Less noise during the lockdown restrictions, which were enforced in various parts of the world to contain the spread of the coronavirus disease (Covid-19) pandemic during this spring, may have allowed birds to sing sweeter and softer songs, according to a study published in the journal Science last week.
Ornithologists and birders reported hearing more bird songs and calls even from the species they had never heard before, but always knew were in the vicinity.
The study found that sparrows in the United States of America’s (USA) San Francisco Bay area responded to the new acoustic space during the lockdown in April and May by singing higher performance songs — those involving trills or other vocal ornamentation and at lower amplitudes.
Despite the reduced amplitude, communication distances more than doubled, which could both reduce territorial conflicts and increase mating potential, the study suggested.
Titled Singing in A Silent Spring: Birds respond to a half-century soundscape reversion during the Covid-19 shutdown. The study, led by the Department of Ecology and Evolutionary Biology at the University of Tennessee, USA, also found that the low-frequency noise generated by traffic and vehicle crossings in April and May returned to levels not heard since the 1950s.
Usually, birds that have breeding areas, where ambient noise is high, sing higher amplitude songs. This is called the Lombard effect, an involuntary vocal response to the presence of background noise, because people tend to speak louder in noisy environments.
The study revealed that male birds produce songs with higher minimum frequencies in areas with high energy. While low frequency noise is typical of traffic in urban surroundings.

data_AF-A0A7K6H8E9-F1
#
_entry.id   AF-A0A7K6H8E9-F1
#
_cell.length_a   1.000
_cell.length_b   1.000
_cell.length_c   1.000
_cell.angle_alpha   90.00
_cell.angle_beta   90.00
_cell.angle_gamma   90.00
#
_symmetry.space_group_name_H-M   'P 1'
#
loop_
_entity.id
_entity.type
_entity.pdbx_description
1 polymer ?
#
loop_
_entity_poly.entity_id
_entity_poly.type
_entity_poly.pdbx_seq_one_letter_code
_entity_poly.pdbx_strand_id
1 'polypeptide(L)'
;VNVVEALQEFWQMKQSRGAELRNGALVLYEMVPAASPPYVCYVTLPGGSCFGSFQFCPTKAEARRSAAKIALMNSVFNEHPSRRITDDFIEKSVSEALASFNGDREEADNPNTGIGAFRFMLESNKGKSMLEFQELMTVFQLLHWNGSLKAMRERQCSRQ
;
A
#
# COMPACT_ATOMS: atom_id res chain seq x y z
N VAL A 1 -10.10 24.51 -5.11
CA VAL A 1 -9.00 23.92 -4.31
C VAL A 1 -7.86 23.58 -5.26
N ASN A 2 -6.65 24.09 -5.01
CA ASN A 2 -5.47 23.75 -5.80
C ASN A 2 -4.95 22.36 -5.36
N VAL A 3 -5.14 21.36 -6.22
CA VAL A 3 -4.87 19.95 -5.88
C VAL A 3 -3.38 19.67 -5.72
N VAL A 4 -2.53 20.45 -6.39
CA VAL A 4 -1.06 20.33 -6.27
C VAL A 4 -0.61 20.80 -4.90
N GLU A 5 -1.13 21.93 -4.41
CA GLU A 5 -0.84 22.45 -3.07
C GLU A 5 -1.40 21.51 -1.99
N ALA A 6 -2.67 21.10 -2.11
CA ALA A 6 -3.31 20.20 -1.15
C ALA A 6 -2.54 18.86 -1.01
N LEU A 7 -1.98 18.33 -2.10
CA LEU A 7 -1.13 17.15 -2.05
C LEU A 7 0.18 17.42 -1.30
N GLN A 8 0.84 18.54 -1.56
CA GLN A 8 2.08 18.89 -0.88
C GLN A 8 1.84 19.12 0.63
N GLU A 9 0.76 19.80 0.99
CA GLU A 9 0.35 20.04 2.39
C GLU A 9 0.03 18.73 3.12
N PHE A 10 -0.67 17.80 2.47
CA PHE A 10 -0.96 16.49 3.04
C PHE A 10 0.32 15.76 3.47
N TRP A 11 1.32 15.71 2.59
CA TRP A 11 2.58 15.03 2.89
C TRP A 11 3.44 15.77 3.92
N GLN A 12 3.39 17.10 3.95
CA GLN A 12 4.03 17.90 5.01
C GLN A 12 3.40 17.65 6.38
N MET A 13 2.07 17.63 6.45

The study concluded that birds managed to maximise communication and salience. “These findings illustrate that behavioural traits can change rapidly in response to newly favourable conditions, indicating an inherent resilience to longstanding anthropogenic pressures like noise pollution,” it said.
“This is interesting, but, perhaps, not unexpected. Birds can modulate their song amplitude in response to noise levels. One might expect them to lower amplitudes in quieter backgrounds. More interesting is that they could then use the energy saved to sing higher performance songs…we certainly had much less ambient noise in urban spaces in India as well, but to comment on how birds may have changed their amplitude or song structure will require quantitative data, which I do not have,” said Professor Rohini Balakrishnan of the Centre for Ecological Sciences at the Indian Institute of Science (IISc), Bengaluru, and a specialist in bio-acoustics.
Veteran ornithologist Asad R Rahmani, a former director of the Bombay Natural History Society (BNHS), said he could hear several species, despite living in a crowded part of Lucknow, where there are fewer trees, during the Covid-19-induced lockdown restrictions.
“I live in a crowded area, where there are not too many trees, bushes or shrubs. Nevertheless, during the lockdown when there was no traffic on the streets, I could hear Indian Cuckoo because March to June is its breeding season so it is very vocal, Greater Coucal, Laughing Dove, Jungle Babbler, Golden Oriole, Peafowl, Brown Rock Chat, Rose-ringed Parakeet, House Sparrow, Spotted Owlet, Indian Scops Owl (both at night), Brown-headed Barbet, Coppersmith Barbet, Black-rumped Flameback (woodpecker), Red-vented Bulbul, Common Iora, and a few other species of birds,” Rahmani said.